Does Your Story Have Flaming Chainsaws?

Chainsaw Chuck by The Static Cling / via Deviant Art

Chainsaw Chuck by The Static Cling / via Deviant Art

What makes a novel compulsively readable? Author and professor Benjamin Percy set to find out when The Girl With the Dragon Tattoo became a sensation several years ago. He describes a process he used to analyze the book’s structure:

I began to color code the major problems the characters faced—blue, black, red, green, yellow, pink, purple—and to track page numbers. Larson would introduce a blue problem on page 25, return to it on 78, 169, 240, 381, and so on, each time ratcheting up the tension and complicating things further. Interspliced with the blue problems were red problems, pink problems, a kaleidoscope of trouble, ever-changing.

I have come to call these flaming chainsaws. Your success as a storyteller has to do with your ability to juggle them. Every time the flaming chainsaws pass through your hands, they gain speed, become more perilous, until at last they are extinguished.

Read all of what Benjamin has to say in his essay “The Dance of the Flaming Chainsaws,” over the new Glimmer Train bulletin.

At this month’s bulletin you’ll also find:

Posted in Creativity + Inspiration.

Jane Friedman (@JaneFriedman) has 20 years of experience in the publishing industry, with expertise in digital media strategy for authors and publishers. She is the publisher of The Hot Sheet, the essential newsletter on the publishing industry for authors, and was named Publishing Commentator of the Year by Digital Book World in 2019.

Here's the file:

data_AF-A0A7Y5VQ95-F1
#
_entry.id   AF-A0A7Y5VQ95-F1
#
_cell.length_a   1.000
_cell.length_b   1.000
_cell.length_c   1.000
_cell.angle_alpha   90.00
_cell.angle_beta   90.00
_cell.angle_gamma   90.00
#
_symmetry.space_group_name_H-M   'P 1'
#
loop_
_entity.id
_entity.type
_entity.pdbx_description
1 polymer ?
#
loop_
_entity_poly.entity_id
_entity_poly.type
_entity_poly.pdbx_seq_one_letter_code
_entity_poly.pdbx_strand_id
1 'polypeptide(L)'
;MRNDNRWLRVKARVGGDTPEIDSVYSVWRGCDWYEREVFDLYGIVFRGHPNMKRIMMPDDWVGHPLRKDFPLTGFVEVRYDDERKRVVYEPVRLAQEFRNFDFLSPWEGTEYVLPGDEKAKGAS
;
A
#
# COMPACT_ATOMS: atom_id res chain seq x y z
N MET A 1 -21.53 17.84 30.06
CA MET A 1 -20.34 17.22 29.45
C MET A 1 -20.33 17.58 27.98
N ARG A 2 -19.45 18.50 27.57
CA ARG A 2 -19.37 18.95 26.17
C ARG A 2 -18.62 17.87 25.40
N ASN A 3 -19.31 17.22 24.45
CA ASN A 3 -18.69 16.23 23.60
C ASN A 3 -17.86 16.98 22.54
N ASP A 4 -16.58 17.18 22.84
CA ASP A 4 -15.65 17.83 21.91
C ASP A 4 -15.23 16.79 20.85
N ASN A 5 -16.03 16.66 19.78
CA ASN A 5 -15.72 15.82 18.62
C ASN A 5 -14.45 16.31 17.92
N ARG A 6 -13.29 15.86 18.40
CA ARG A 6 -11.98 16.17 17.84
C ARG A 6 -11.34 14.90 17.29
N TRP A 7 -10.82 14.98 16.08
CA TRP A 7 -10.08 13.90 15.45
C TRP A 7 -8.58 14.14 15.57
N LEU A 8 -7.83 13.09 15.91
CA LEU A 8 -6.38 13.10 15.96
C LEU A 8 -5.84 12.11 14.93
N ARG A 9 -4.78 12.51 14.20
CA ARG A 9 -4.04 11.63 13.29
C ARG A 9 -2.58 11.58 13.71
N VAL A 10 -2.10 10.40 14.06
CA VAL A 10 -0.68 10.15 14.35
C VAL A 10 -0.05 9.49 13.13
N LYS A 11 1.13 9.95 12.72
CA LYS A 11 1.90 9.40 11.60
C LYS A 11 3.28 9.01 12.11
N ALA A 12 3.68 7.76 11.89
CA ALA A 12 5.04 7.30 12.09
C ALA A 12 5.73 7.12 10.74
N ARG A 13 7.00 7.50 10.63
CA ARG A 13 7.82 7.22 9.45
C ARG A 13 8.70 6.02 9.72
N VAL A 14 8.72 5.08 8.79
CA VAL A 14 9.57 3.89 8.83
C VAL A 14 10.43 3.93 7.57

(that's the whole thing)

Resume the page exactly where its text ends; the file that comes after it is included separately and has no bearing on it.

In addition to being a columnist for Publishers Weekly, Jane is a professor with The Great Courses, which released her 24-lecture series, How to Publish Your Book. Her book for creative writers, The Business of Being a Writer (University of Chicago Press), received a starred review from Library Journal.

Jane speaks regularly at conferences and industry events such as BookExpo America, Digital Book World, and the AWP Conference, and has served on panels with the National Endowment for the Arts and the Creative Work Fund. Find out more.

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Lexa Cain

I do my best to keep my story’s chainsaws burning and in the air! I have to admit, I like complex stories, but it’s hard to juggle so many chainsaws at once. Fun post. 🙂

Averill Buchanan

Hugh Howey’s ‘Wool’ is also a good example of this novelistic structure: juggling various storylines in alternating chapters that all come together at the end. It makes the book hard to put down because you’re interested in each storyline.

Randy Charles

As a reader, this is good stuff. I am glued to a book that handles this well. As a writer, it’s a challenge. It’s like using a push mower, you want the hands-on, “involved” aspect of the job but you have to be extremely careful not to let it out of your grasp and it’s running wild with you frantically chasing behind. Great post as always!


This is great advice and I’m in this process currently with my editor. I have some great drivers but don’t carry them through all the way and I have multiple characters with what could be great subplots. Are there any other bulletins from him on how exactly to trace the flaming chainsaws? Detailed methods- because I think this is such a great idea and would like to implement this in my revisions. Thanks!

Ann Bevans

Really interesting way to think about conflict and tension. Thanks for the post!

[…] Does Your Story Have Flaming Chainsaws? | Jane Friedman […]

Sherry Joyce

Great fun article. I wrote a romantic suspense/murder mystery, and killed off a character by page xii in the prolog, lol. Trying to maintain the suspense and “what’s going to go wrong now” was a challenge, but now know my inner chainsaw works pretty well. This article will keep the blades sharp!